Please listen, says a calm voice, there are things you must know.
The voice is friendly, conversational. It invites relaxation, but I don’t have a good feeling about this; ever since Abbey's warning, I've been on edge.
Who's speaking, please?
There's a polite, almost surprised pause.
We are the CephNet, comes the reply, who did you expect?
It's a fair question; I smile and offer a rueful wave. Hi.
Hello Indigo. Hello Max. Please listen. Here is what you must know. They're all business. But it's quite likeable, a refreshing change from the pomp of committee decision-making.
We have been thinking about World Peace, as you asked.
I frown. Did we ask? I glance at the arch-genius floating beside me.
I mentioned it, mutters Max, probably reading my puzzled facial expression, but I was just trying to give them something to do. I didn't expect them to take it so literally. Sorry, matey.
You couldn't have given them something else? Calculating pi to the end, or something?
An ethereal chuckle suggests that it wouldn't have taxed them.
The ring of cephalopods spins gently above us. It wouldn’t surprise me if creatures such as these had inspired the cool, vast, alien intellects of literature. Perhaps H.G. Wells went scuba diving?
We've given it a lot of thought, says the collective voice and have gathered as much information as we can by connecting ourselves to everything in the world.
This is casual, presented as the seemingly obvious, and is stained with pride; I don't like where this is going at all. Oh good gravy, says Max, agreeing with my unspoken thought, this won’t end well. His hands slowly drifts to his pocket.
And the CephNet offers its verdict.
We've concluded that Things. Will have. To change.
Yeah, we figured as much, nods Max. And his hand, now inside his pocket, pushes a button.
And we are elsewhere.
Back in the now, we stand and prepare to leave the shade. I'm not enthused; a series of dimensional jumps since we left home have proven exhausting.
But hey, we've enlisted some help. And we have better hardware than our first few trips; there's no need for the trampoline. And so I have less bruises.
I'm pooped, I sigh, I have no idea how Elliot does this for a living.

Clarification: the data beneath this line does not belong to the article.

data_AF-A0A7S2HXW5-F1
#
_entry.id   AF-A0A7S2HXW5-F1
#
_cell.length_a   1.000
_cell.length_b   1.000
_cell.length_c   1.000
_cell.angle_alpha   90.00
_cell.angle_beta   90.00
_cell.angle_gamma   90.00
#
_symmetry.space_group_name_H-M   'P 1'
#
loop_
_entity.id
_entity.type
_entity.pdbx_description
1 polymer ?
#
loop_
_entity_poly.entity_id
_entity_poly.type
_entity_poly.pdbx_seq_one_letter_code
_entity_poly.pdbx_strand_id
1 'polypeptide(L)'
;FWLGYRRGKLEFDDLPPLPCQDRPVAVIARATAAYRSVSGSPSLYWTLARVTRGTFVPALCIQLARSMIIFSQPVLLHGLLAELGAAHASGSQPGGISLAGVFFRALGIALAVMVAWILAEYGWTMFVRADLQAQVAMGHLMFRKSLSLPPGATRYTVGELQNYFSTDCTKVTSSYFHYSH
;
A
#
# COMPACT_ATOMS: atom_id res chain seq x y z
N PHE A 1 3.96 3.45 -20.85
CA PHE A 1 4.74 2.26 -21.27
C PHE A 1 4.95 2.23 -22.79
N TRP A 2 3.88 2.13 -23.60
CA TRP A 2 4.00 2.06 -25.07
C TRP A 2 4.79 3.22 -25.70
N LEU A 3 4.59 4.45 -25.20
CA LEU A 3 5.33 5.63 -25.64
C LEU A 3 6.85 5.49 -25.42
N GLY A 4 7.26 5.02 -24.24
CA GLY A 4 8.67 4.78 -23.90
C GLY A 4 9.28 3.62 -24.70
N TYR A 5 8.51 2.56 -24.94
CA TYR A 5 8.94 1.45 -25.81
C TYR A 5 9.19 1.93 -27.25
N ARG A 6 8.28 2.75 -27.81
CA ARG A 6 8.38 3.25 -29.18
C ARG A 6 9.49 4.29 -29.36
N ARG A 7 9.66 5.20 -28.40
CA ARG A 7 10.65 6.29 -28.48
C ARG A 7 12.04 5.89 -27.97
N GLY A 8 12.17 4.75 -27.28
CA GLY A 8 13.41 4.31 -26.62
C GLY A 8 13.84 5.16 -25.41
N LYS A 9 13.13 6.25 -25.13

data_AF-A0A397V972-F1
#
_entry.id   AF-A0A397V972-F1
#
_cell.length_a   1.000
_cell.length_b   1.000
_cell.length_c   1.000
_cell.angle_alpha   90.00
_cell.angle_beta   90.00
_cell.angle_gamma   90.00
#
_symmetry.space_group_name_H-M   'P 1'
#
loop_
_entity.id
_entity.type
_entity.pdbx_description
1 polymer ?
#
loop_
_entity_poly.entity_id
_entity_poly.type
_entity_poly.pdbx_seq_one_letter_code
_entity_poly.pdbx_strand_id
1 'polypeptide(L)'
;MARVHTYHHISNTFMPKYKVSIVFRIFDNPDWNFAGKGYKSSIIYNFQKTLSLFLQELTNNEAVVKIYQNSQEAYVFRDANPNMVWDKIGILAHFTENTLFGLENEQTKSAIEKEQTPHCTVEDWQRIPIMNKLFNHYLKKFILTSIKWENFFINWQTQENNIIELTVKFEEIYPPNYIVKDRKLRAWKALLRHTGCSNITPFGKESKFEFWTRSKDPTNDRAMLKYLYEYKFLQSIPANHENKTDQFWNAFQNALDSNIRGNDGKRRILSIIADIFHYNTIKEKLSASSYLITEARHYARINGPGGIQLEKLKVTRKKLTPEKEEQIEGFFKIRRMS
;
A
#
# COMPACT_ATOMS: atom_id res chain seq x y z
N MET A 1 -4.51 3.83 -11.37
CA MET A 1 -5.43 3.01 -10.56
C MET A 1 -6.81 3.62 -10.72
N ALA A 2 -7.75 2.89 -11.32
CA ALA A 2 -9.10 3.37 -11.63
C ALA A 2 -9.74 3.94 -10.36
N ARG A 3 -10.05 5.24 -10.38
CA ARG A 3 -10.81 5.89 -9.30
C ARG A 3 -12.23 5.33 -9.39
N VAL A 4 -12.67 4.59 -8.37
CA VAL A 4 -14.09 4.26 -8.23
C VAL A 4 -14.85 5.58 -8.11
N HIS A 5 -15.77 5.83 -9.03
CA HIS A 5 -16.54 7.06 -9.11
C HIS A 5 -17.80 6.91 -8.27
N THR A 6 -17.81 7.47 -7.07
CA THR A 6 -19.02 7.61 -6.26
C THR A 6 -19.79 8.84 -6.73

Max grunts affirmatively as we stride into the sun and slowly head uphill. The wheat is tall and golden about us, but I find it hard to appreciate; I know what awaits us.
As we top a small rise, we see the smoke.
In the distance, Cambridge is burning.
It's not my Cambridge, of course; that's in a different Reality. And technically speaking my Cambridge isn’t in Max's Reality, either.
But the spires are falling in flames; the changes have started.
I sense a future involving armies and drones and collateral damage. The destructive sight stirs despair and rage as I picture my home town in ruins. But there's no time to think that way.
In cosmic terms, there's no time to think locally.
The words are out before my brain catches up. When did life get so complicated?
We need to get moving, says Max, as the bright implosion of a teleport half a mile away catches my eye. My heart sinks; three jumps between Realities have not shaken our pursuers off.
They seem determined that we're a problem for them.
Max nods, And they'd be right. But next time, we should hide a little deeper.
For the second time today, I don't like where this is going. That said, I trust Max. My friend makes some adjustments to the jury-rigged hardware he's holding with a screwdriver.
Nope. Do it.
I wonder what awaits us. But there's no time to wonder.
With a click, we're gone.
An Englishman who travels can find beauty anywhere.
But he only finds contentment at home.
TO BE CONTINUED
This blog entry is protected by copyright © Indigo Roth, 2009-2013